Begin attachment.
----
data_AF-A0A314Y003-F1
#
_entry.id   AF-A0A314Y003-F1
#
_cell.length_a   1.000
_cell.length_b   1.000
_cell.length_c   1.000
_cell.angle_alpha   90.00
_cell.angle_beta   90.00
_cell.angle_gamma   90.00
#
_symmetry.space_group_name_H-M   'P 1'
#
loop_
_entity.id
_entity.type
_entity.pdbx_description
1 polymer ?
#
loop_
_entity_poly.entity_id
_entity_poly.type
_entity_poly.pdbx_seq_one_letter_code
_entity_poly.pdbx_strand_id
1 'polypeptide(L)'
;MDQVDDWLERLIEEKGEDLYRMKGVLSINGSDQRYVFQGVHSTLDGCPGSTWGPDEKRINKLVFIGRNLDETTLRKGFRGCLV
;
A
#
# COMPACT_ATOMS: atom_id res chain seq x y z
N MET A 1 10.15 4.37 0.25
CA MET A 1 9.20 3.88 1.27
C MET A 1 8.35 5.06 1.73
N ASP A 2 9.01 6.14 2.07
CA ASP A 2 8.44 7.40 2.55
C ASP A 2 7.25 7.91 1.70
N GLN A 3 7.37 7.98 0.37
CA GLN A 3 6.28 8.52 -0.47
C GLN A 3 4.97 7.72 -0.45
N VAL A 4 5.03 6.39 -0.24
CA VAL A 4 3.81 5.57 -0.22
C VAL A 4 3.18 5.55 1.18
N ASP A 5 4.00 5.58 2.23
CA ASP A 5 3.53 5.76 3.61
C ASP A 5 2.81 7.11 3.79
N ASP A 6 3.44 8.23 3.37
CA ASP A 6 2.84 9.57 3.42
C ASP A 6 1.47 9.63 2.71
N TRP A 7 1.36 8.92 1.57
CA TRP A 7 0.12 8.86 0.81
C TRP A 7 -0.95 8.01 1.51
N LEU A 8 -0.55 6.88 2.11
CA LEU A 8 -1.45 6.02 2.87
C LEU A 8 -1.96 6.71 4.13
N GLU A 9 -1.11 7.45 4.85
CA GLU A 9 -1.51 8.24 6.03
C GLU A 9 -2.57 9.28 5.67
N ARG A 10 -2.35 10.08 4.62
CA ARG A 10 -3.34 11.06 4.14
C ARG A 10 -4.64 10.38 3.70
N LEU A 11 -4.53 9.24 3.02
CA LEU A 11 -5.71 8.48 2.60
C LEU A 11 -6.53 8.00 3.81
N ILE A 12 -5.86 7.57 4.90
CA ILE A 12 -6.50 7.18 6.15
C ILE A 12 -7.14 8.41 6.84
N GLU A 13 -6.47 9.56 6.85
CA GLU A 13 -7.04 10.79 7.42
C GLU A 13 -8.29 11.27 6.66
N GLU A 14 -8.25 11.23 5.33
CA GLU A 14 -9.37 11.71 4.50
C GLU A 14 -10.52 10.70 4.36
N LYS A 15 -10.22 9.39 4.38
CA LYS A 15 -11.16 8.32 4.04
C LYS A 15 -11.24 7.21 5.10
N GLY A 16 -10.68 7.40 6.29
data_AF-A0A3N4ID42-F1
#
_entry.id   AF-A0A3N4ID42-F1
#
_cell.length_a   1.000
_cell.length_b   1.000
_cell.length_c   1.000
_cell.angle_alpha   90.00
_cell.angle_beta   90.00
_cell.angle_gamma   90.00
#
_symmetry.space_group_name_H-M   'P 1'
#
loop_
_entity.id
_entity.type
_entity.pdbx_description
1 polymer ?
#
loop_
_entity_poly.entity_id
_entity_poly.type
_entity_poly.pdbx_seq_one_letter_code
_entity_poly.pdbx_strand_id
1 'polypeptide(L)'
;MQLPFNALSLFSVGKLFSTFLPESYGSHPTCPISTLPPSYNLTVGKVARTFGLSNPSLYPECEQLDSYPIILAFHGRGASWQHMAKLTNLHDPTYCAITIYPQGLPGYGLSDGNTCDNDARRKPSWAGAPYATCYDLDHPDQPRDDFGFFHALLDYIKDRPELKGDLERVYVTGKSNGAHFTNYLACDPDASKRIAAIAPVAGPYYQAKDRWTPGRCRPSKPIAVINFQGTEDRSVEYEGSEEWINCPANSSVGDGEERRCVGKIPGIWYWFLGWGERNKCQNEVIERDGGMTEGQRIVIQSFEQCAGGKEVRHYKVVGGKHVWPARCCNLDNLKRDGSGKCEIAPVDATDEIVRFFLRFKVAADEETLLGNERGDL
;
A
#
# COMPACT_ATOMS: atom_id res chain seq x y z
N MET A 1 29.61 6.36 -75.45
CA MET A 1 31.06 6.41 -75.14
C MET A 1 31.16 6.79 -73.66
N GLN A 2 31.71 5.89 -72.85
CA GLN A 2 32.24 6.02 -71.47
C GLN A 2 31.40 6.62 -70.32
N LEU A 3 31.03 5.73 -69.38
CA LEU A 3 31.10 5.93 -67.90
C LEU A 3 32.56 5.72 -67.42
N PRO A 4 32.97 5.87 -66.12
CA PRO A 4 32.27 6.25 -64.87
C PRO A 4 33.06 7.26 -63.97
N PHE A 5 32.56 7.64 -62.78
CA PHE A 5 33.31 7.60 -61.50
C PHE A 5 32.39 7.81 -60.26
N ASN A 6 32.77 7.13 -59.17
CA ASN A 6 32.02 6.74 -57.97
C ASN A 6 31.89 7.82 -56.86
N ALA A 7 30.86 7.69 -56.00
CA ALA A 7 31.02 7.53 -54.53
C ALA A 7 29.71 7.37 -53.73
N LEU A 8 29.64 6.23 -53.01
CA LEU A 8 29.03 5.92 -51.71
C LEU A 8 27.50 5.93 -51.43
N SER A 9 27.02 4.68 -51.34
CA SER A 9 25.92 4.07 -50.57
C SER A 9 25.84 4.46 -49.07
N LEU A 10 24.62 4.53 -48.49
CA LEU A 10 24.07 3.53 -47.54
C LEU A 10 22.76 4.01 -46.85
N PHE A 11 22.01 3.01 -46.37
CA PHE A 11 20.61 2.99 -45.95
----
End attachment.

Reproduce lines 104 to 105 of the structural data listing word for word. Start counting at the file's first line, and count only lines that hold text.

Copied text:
A
#